On occasion, a neighbor or an acquaintance, knowing I am somehow connected to the travel industry, will ask me about a vacation they would like to take. I use those opportunities to refer the person to a rotating selection of travel professionals I know. I tend to use different travel advisors depending on the person’s request. Recently, a neighbor asked me about a trip to Thailand she and her family wanted to take next year. I checked with a travel agent friend to see if he wanted the referral and I then put the two of them together.
Yesterday, months after our original conversation, I ran into my neighbor and asked how the travel planning had progressed. Looking at me a bit sheepishly she said “Well, your travel agent friend couldn’t find us anything cheaper than we could get online by ourselves.” I explained to my neighbor the travel professional is not about the “best price” but was instead looking for the “best value.” I explained the travel professional was looking after my neighbor’s interests by choosing reliable suppliers, coordinating their travels and acting as their advocates. My neighbor listened, but the lesson was, I fear, arriving too late.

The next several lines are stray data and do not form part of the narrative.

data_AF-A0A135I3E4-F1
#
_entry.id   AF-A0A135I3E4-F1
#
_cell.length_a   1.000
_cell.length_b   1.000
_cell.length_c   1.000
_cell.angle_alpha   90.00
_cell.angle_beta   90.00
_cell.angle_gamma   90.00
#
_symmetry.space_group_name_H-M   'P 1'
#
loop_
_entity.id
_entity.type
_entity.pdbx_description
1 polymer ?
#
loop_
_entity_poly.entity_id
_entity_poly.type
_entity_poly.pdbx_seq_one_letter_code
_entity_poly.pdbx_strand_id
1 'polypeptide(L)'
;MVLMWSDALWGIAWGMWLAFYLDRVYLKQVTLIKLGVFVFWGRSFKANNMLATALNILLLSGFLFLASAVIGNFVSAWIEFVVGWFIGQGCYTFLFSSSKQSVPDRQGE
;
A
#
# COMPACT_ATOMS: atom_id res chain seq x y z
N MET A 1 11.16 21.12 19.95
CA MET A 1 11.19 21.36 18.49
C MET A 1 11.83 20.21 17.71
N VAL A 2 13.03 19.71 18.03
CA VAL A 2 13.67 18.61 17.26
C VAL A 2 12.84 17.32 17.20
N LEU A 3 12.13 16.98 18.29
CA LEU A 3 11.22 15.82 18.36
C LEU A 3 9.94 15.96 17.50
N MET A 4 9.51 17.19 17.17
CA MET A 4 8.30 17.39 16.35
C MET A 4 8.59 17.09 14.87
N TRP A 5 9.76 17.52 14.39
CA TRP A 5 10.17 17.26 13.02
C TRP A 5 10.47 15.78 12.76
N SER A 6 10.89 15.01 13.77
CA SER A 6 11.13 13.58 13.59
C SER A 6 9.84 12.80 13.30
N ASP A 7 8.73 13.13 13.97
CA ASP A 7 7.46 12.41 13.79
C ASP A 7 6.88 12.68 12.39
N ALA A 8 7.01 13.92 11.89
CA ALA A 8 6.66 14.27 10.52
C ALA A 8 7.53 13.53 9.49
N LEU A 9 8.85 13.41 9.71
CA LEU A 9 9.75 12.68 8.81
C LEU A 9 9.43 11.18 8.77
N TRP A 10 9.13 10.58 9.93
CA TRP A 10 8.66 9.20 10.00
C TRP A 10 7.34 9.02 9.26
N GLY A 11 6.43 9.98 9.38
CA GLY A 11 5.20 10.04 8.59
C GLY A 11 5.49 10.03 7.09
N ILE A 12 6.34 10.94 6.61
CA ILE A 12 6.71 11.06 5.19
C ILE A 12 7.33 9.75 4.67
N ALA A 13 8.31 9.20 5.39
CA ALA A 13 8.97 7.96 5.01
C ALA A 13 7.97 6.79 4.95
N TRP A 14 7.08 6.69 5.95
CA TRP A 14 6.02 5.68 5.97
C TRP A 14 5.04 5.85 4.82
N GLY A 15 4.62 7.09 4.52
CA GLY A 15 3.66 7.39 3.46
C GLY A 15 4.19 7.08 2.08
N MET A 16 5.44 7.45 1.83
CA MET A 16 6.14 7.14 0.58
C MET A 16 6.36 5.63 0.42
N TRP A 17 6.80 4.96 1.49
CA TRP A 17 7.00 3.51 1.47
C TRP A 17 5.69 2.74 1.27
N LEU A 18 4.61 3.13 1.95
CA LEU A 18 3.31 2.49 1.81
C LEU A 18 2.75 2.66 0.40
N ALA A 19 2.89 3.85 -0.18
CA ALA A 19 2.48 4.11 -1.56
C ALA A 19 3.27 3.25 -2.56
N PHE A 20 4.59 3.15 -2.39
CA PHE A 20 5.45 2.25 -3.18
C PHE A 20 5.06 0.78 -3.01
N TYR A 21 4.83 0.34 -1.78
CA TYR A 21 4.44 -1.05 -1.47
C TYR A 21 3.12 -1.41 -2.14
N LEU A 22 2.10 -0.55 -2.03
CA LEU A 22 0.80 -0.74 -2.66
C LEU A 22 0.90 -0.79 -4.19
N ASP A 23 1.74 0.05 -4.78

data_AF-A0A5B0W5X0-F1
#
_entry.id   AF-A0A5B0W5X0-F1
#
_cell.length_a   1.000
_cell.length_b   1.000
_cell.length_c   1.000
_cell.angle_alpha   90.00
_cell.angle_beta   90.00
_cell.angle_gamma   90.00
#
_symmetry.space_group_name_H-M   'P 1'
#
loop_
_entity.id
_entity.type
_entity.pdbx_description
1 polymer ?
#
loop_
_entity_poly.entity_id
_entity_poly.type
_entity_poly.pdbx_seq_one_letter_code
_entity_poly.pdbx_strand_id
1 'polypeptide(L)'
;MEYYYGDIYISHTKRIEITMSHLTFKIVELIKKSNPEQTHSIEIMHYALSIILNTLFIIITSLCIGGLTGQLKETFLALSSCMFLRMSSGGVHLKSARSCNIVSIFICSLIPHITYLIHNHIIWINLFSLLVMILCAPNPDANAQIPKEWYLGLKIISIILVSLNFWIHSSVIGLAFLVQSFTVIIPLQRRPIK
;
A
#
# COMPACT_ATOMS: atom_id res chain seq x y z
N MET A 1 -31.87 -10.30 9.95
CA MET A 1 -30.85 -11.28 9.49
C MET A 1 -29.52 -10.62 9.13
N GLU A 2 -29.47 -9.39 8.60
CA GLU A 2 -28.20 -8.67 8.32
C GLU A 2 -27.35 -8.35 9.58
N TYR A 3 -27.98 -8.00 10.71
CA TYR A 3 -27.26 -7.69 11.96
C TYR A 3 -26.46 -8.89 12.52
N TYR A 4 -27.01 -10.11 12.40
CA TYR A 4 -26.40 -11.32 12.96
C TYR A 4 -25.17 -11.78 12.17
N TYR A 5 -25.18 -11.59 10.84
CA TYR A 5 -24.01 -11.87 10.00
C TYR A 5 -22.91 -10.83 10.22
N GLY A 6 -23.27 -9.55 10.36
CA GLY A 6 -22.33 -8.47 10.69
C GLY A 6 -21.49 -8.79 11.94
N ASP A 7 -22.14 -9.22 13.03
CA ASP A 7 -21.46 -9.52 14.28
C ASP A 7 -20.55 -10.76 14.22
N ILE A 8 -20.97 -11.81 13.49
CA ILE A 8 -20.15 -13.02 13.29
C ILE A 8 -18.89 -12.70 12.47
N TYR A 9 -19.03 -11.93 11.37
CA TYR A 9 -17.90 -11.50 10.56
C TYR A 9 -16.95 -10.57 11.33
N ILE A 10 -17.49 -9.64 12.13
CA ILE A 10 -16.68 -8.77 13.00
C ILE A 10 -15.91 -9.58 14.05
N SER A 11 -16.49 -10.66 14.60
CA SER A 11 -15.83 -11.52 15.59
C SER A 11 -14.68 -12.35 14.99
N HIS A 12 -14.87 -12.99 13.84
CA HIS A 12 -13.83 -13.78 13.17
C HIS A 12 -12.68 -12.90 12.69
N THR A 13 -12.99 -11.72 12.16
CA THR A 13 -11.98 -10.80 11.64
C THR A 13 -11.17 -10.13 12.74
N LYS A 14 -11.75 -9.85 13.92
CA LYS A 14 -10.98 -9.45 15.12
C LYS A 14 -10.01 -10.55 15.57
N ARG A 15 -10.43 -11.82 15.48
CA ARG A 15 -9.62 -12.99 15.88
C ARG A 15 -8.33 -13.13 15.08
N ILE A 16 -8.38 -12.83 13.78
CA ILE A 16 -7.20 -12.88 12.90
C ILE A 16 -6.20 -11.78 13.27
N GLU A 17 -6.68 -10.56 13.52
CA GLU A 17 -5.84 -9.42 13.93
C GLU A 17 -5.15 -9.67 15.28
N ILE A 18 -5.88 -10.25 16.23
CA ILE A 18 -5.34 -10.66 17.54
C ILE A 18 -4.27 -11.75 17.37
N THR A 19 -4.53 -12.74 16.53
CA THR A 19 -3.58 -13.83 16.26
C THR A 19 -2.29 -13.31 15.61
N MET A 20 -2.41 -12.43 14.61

I sometimes get an email from a subscriber indicating they are concerned about working with their site because they are "Not good with technology" and are not getting enough leads. I wanted to provide everyone with an email I sent today to one of our agents.
It is really necessary we correctly identify problems. However, we often incorrectly identify a marketing problem as a technology problem as was this agent:
How many times have you promised to better organize your digital marketing efforts?
You have a website, a Facebook page, maybe a Twitter account and you started an Instagram page, but they now languish at the back of your marketing plans going nowhere. Are your efforts disjointed, inconsistent and infrequent? If so, you already understand the symptoms of this malaise.